Three Prayers

This poem is based on the Chinese idiom, ”家家有本難念的經”—or, translated literally, “each family has a prayer/text that is difficult/unpleasant to read/recite.”


A convent girl of about twelve

sits next to me on the morning bus.

Eyes closed, hands clasped over knees,

she prays,

and signs the Cross before she falls asleep.

Hair netted in a bun,

she is Virginal

and celibate for many years to come.

How flawless, faultless.

Her collar so crisp.

She gets off at St John’s Cathedral,

where she will be pardoned for sins

she will not commit,

and will say the Lord’s Prayer in Cantonese,

but perhaps, mean it in some other.

       Our father

       who art in heaven,

       may we know your name to be holy . . .

Far away now, I imagine the quiet monologue,

mirror the soft sloping of her shoulders,

and close my eyes.

Her calf sheathed

in tight white sock.

Apathetic skirt.

Not one thing loose

and the rest hidden in relief.

She smells of Nivea.

The purity is palpable.


Once I was haunted,

and a lesbian psychic

fell in love with me.

       You have too much yin, she told me, take your eyeliner off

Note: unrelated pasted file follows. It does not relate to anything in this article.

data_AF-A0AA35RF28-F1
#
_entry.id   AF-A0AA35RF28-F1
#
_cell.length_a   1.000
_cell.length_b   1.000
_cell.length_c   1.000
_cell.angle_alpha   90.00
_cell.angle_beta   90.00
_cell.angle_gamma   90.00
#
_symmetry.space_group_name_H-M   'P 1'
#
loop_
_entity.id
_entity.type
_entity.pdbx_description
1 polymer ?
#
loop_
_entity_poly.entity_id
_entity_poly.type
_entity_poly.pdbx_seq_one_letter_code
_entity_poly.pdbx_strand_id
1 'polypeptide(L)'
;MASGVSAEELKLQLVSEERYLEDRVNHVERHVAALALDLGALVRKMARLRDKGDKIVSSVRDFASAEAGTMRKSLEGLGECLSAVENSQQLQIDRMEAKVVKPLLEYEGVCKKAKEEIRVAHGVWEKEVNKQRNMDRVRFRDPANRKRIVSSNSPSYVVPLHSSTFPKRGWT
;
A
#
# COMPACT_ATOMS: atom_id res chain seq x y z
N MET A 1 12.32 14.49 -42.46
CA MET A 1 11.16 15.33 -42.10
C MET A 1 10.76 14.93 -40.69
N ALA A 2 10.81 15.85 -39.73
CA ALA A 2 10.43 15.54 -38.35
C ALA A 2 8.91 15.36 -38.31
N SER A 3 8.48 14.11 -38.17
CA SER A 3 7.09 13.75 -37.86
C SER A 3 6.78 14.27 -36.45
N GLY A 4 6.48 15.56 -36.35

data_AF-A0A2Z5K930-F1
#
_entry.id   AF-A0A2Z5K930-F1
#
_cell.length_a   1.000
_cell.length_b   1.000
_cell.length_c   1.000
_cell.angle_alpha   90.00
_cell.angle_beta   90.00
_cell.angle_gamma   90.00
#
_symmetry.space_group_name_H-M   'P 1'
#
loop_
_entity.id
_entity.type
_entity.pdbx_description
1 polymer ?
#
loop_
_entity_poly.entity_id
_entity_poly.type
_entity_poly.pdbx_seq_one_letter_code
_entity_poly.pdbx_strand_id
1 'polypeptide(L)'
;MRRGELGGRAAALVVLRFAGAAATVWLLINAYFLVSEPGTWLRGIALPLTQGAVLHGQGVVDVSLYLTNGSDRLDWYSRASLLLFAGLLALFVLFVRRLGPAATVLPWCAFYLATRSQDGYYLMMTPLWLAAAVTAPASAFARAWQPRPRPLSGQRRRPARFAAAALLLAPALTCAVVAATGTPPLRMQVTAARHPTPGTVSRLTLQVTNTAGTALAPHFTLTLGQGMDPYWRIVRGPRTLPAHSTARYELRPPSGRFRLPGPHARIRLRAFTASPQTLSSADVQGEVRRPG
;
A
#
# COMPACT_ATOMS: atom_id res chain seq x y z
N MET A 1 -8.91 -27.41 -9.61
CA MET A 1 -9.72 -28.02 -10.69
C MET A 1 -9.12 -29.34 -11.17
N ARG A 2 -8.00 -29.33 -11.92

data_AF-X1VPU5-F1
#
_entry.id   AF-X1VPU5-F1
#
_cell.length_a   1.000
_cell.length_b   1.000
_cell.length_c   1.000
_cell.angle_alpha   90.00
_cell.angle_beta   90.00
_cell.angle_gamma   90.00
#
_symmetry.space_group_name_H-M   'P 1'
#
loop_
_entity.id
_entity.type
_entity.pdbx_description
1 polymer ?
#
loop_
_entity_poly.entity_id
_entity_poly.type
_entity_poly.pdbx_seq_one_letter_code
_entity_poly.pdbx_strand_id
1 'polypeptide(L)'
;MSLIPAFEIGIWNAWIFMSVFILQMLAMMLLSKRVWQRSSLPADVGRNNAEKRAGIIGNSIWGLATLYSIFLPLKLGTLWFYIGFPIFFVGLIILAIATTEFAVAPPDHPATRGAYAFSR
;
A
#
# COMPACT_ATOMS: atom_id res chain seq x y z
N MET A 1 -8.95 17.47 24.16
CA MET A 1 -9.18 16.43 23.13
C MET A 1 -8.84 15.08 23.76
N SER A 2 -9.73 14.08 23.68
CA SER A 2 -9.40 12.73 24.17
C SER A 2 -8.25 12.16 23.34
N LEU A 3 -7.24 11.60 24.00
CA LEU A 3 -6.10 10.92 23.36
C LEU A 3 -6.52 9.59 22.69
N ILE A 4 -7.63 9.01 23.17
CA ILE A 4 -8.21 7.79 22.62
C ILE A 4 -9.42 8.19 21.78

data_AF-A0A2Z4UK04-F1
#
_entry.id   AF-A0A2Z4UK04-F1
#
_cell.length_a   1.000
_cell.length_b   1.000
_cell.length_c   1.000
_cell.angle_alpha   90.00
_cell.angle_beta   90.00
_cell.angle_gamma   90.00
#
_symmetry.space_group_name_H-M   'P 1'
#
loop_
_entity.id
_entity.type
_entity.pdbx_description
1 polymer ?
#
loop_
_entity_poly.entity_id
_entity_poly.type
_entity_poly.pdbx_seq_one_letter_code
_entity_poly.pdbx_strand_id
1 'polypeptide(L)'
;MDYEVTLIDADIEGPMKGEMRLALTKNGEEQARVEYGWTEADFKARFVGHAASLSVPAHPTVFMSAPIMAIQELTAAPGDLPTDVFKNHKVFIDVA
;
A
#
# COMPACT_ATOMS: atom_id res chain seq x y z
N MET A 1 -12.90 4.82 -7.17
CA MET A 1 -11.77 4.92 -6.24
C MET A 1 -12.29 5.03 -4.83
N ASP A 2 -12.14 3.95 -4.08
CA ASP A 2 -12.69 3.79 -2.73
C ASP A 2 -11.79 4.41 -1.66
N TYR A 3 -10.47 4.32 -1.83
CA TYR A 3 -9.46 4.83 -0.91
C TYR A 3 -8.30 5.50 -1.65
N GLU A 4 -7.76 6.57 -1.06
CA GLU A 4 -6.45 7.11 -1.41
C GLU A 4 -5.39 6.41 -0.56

immediately when you get home.

       Do you? Good.

       Don’t stay in the dark.

       You don’t turn enough lights on.

       Take your eyeliner off

       when you get home,

       it makes you look like

       a cat, a lynx.

She hands me a prayer wheel.

       Spin this for fifteen minutes twice a day.

       There is something he needs

       from you, he is stuck

       in a space, signaling.

Something blows on my neck.

       Oh, and please. Have less sex.

She shifts in her seat.

So do I.

She spreads my life out in cards,

consults her crystals

and tells me of the dharma,

the karmic implications

of my libido.

As she centers me

among her tarot cards

and Buddhist incantations

I can no longer tell

what is the more occult.


Our prayer is haunting and understated,

and is read every night in the dining room.

The TV fizzles quietly—

a square God gapes at the Judgment.

The ritual begins again.

Tonight, my father will exacerbate

every intonation,

and my mother my several incriminations, desecrations.

My brother picks his teeth

and watches like the moon.

There is no communion.

Our inward silences supplicate

fatal projections, and never intersect.

Cutlery is lifted,

       This body is a temple.

I am wrung dry on the dinner table,

spayed into accord, baptised again.

Which sins are being rectified tonight?

What must be ceased and severed clean?

              And for what do I atone?

I am answered this:

       “Each family must

       recite their own difficult prayers

       in secret.”

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